Guest Post: Painted Checkered Ceiling

By Kate Riley June 29, 2011

G’day all, I’m finally back from my trip!  We spent six days traveling up and down the California coast, visiting friends and family along the way, making stops in several quaint and coastal towns.  We enjoyed plenty of sun, sand, and I even made good on a trip to Legoland that I promised my kids for their birthdays months ago.  It’s good to be back, but I’ve a lot of catching up to do!  I’ll be taking the day to do just that, meanwhile, I’d like to introduce one final special guest.

Today, Stacy of Not JUST A Housewife is here.  I’ve been enjoying Stacy’s blog since I discovered her a few months ago.  Stacy is mom of four boys who loves to cook, create, and decorate.  She’s a gal who knows how to work a miter saw (check out her scrap wood lamp) and she’s a huge fan of spray paint too (holla!).  I have long loved checkered floors, but Stacy puts a new twist on the idea by turning her attention upwards.   Please welcome Stacy and her step by step on how to paint a checkered ceiling! 

“Hi, I’m Stacy and I am so excited to be guest posting here today! 

I’d like to share with you my painted checkered pattern on my ceiling in my dining room and my kitchen.

The first thing you need to do is measure your ceiling. Once you have your measurements you can sit down and figure out how big each square needs to be. Uggg.  This was the least fun part of the whole process but probably the most important. Measure, measure, measure!

Then get a laser level that will stick to your ceiling. Mine uses adhesive strips. This whole projects is easier if you have a helper so grab a willing assistant too :) After you make marks along the perimeter, then use the laser level to line up the marks on either end. My husband and I use a long piece of molding as our straight edge to trace the laser line across the ceiling. Once you trace all the lines going one direction, then trace them going the opposite way to create your squares. I guess it depends on the size of your ceiling but this really didn’t take as much time as it sounds like it would.

I marked every other square with an X to show which ones would be painted the darker green.

When I taped, I didn’t cover the line up. This way it would get painted. I figured I would have less pencil lines to clean up when all was said and done. P.S. Magic Eraser will get pencil off really well.

This is the part I kind of dread mentioning. You will need to tape twice. I am sure there are other ways I could have approached this project, but I knew that doing it this way would create really straight, clean lines. You will tape so that every other row will be painted. You can’t tape all of it at the same time because you have to tape outside of the line for one row which puts the tape inside the next row which is why some squares look smaller.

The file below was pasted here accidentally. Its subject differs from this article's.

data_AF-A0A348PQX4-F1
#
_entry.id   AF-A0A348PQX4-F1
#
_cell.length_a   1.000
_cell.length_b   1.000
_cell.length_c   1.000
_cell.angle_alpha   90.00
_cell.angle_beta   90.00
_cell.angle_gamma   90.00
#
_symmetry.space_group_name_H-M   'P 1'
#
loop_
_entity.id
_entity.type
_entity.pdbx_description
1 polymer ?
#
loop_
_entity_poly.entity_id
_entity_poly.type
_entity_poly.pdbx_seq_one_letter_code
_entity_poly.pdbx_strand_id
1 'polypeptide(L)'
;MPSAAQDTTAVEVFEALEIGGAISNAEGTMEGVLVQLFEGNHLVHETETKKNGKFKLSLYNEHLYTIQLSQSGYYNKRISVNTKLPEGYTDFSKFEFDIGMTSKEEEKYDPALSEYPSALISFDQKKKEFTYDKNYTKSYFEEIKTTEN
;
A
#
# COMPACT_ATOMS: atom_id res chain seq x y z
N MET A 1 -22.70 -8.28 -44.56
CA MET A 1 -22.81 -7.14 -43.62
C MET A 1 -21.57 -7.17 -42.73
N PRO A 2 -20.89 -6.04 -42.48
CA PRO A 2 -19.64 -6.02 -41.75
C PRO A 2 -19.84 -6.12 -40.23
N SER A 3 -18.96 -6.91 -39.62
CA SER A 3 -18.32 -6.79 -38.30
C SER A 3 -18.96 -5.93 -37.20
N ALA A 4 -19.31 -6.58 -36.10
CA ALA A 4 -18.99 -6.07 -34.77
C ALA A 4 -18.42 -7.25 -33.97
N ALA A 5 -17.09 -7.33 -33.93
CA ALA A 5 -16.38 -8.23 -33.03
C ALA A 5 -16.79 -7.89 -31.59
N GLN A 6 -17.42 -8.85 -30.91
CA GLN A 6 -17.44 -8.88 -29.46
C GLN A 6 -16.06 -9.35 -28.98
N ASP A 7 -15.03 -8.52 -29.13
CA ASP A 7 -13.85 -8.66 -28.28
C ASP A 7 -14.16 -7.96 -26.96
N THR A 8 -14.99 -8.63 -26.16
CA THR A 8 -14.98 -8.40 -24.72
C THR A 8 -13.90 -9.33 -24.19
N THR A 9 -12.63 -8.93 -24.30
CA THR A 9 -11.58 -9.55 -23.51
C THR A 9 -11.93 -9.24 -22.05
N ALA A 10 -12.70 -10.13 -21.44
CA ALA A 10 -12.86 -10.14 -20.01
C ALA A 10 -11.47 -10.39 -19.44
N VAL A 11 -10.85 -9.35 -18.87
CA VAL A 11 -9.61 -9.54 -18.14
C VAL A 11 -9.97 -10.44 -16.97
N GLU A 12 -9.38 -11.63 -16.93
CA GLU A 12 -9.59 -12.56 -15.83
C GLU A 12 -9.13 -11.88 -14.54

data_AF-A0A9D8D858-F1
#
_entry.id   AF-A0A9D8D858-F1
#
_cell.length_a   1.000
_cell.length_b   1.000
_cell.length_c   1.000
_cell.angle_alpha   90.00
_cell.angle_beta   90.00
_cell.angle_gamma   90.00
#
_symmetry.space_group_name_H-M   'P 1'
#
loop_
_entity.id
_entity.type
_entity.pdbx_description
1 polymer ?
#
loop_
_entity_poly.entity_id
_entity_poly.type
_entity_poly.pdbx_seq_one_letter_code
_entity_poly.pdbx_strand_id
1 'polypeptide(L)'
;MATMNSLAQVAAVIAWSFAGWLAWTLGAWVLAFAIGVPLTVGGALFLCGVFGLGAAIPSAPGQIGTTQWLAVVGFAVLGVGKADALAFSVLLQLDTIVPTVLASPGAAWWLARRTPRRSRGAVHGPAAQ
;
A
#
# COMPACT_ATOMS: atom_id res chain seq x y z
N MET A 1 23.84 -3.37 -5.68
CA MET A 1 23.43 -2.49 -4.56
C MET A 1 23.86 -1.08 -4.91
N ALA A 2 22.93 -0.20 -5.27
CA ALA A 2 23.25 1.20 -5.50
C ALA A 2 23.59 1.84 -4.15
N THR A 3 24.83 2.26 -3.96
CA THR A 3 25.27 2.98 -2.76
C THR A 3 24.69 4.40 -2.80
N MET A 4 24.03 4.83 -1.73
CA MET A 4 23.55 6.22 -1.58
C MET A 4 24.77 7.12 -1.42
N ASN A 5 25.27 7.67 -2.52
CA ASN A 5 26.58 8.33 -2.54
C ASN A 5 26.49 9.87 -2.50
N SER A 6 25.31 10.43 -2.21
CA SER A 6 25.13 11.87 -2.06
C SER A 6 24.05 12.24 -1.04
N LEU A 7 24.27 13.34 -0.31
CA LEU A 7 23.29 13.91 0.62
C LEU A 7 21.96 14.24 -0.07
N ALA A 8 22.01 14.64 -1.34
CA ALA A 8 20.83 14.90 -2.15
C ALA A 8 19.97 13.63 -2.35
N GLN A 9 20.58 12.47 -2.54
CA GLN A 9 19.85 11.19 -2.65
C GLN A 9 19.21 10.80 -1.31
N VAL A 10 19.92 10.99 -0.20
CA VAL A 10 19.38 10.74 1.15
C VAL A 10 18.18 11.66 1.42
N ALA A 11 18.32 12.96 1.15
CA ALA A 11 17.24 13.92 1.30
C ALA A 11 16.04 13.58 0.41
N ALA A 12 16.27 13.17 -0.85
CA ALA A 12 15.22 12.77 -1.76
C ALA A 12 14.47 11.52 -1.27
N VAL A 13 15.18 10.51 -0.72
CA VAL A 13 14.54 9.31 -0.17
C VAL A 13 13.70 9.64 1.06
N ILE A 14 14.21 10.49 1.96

My secret to getting beautiful lines when painting stripes or squares is to use the base paint to seal the tape. My ceilings are heavily textured, so even with good quality painters tape you would get some leaks. This way, any leaks are the same color as the ceiling and you won’t notice them at all.  It adds one more step but it is worth it.   Brush (or roll) towards the tape.

With this technique you end up with very clean lines.

Here it is with half of the squares painted. Sorry for the bad picture quality, it was taken with a flash at night.  

Next you need to peel off the tape. I take the tape off while the paint is still wet, otherwise some of the paint will come off too, but go slow. 

Wait for the paint to dry for at least 24 hours. You will be taping over the newly painted squares and you don’t want to risk the first layer of paint coming off.  Follow the same steps for the second round of painting squares.

And there you have it!  It was a lot of work but it was worth it!  I have had this on my to do list for over 6 years!  I am happy it is finally done and I get to enjoy it everyday.

Come on over to my blog and see how it looks in my kitchen too!!!


Bravo Stacy!  That was a lot of work but  now Stacy’s ceiling is a one-of-a-kind  focal point in her home.  Excellent DIY project!

Have you ever considered adding a unique detail to your own ceiling? 




  1. Wow, I can tell that took some time and skill! It looks amazing. I painted a design on my ceiling recently and it was not that fun. Ugh, the measuring! I still can’t believe you conquered this. My ceiling was a LOT simpler, so I bow to you and your dedication!
    “Check it out here.”

  2. I would never have thought of doing it, but it does look great. I love the subtle colors…very nicely done!

  3. Ouch, is what I’m thinking! You must have been sore after all that, but it does look fabulous!! Nice work. : ) ~ Catie

  4. Awesome, but way more effort than I’d be willing to put in, at least on a ceiling.

    The link to her website is broken though, it’s trying to go to an address that’s this post + her site.

  5. THat looks fantastic. What a lot of work, especially with taping it twice. I love how it makes a feature out of the ceiling.

  6. Wow, that is beautiful… I have never seen anything like this and kudos on your hard work! I don’t know that I would have the patience even though I love it so much…

  7. Wow, wow, wow. That is really nice. The wow’s are for all the work you have done. Congrats & I’m sure you are enjoying the fruits of your labour. Well deserved!

  8. Beautiful.
    What colors did you use and how do you think this may look in a bathroom?

  9. I used Valspars BERLIN and THYME paint colors. I think this would look awesome in a bathroom! And a smaller space would be easier to do :)

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